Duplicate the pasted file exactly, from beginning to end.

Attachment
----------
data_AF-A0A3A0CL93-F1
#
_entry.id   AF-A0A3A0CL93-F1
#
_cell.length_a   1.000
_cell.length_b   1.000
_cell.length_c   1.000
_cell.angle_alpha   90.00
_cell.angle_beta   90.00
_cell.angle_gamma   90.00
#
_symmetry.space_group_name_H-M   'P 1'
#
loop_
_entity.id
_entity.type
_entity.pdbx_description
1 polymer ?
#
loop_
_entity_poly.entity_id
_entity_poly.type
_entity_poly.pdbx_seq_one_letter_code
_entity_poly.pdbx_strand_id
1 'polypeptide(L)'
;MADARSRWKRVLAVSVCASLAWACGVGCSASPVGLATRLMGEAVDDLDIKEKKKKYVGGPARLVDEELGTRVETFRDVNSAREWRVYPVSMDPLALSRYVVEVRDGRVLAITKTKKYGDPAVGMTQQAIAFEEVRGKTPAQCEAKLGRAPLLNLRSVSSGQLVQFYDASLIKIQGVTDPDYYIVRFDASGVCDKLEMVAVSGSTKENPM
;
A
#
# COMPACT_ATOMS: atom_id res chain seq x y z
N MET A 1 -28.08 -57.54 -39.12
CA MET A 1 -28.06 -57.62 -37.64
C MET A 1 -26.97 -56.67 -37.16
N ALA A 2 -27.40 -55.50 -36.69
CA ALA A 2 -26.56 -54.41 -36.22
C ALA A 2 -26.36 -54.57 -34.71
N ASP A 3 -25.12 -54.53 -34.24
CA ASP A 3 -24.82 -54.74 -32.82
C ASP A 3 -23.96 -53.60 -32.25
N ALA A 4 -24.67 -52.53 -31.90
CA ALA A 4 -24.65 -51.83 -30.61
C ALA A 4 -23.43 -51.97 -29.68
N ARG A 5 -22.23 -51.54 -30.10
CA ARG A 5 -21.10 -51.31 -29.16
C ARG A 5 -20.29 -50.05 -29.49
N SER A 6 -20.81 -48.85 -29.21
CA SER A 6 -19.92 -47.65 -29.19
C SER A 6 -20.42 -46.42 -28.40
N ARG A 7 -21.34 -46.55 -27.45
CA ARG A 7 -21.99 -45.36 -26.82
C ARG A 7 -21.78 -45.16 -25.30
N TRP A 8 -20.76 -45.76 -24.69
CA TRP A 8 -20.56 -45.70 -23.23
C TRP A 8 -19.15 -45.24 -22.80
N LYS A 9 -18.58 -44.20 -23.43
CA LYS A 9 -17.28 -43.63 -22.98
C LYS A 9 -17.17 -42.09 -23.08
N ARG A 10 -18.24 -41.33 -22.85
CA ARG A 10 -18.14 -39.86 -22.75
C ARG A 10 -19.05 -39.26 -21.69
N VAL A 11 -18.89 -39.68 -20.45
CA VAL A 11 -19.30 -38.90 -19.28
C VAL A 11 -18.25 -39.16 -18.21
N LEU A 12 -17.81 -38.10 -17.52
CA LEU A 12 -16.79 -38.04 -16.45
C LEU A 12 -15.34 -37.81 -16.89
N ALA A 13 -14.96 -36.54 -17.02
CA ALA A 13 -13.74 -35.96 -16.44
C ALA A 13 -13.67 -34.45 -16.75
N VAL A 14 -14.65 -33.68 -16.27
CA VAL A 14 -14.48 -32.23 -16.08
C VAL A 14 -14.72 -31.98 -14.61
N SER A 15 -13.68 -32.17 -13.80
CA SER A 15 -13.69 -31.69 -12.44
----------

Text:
data_AF-A0A3A0CL93-F1
#
_entry.id   AF-A0A3A0CL93-F1
#
_cell.length_a   1.000
_cell.length_b   1.000
_cell.length_c   1.000
_cell.angle_alpha   90.00
_cell.angle_beta   90.00
_cell.angle_gamma   90.00
#
_symmetry.space_group_name_H-M   'P 1'
#
loop_
_entity.id
_entity.type
_entity.pdbx_description
1 polymer ?
#
loop_
_entity_poly.entity_id
_entity_poly.type
_entity_poly.pdbx_seq_one_letter_code
_entity_poly.pdbx_strand_id
1 'polypeptide(L)'
;MADARSRWKRVLAVSVCASLAWACGVGCSASPVGLATRLMGEAVDDLDIKEKKKKYVGGPARLVDEELGTRVETFRDVNSAREWRVYPVSMDPLALSRYVVEVRDGRVLAITKTKKYGDPAVGMTQQAIAFEEVRGKTPAQCEAKLGRAPLLNLRSVSSGQLVQFYDASLIKIQGVTDPDYYIVRFDASGVCDKLEMVAVSGSTKENPM
;
A
#
# COMPACT_ATOMS: atom_id res chain seq x y z
N MET A 1 -28.08 -57.54 -39.12
CA MET A 1 -28.06 -57.62 -37.64
C MET A 1 -26.97 -56.67 -37.16
N ALA A 2 -27.40 -55.50 -36.69
CA ALA A 2 -26.56 -54.41 -36.22
C ALA A 2 -26.36 -54.57 -34.71
N ASP A 3 -25.12 -54.53 -34.24
CA ASP A 3 -24.82 -54.74 -32.82
C ASP A 3 -23.96 -53.60 -32.25
N ALA A 4 -24.67 -52.53 -31.90
CA ALA A 4 -24.65 -51.83 -30.61
C ALA A 4 -23.43 -51.97 -29.68
N ARG A 5 -22.23 -51.54 -30.10
CA ARG A 5 -21.10 -51.31 -29.16
C ARG A 5 -20.29 -50.05 -29.49
N SER A 6 -20.81 -48.85 -29.21
CA SER A 6 -19.92 -47.65 -29.19
C SER A 6 -20.42 -46.42 -28.40
N ARG A 7 -21.34 -46.55 -27.45
CA ARG A 7 -21.99 -45.36 -26.82
C ARG A 7 -21.78 -45.16 -25.30
N TRP A 8 -20.76 -45.76 -24.69
CA TRP A 8 -20.56 -45.70 -23.23
C TRP A 8 -19.15 -45.24 -22.80
N LYS A 9 -18.58 -44.20 -23.43
CA LYS A 9 -17.28 -43.63 -22.98
C LYS A 9 -17.17 -42.09 -23.08
N ARG A 10 -18.24 -41.33 -22.85
CA ARG A 10 -18.14 -39.86 -22.75
C ARG A 10 -19.05 -39.26 -21.69
N VAL A 11 -18.89 -39.68 -20.45
CA VAL A 11 -19.30 -38.90 -19.28
C VAL A 11 -18.25 -39.16 -18.21
N LEU A 12 -17.81 -38.10 -17.52
CA LEU A 12 -16.79 -38.04 -16.45
C LEU A 12 -15.34 -37.81 -16.89
N ALA A 13 -14.96 -36.54 -17.02
CA ALA A 13 -13.74 -35.96 -16.44
C ALA A 13 -13.67 -34.45 -16.75
N VAL A 14 -14.65 -33.68 -16.27
CA VAL A 14 -14.48 -32.23 -16.08
C VAL A 14 -14.72 -31.98 -14.61
N SER A 15 -13.68 -32.17 -13.80
CA SER A 15 -13.69 -31.69 -12.44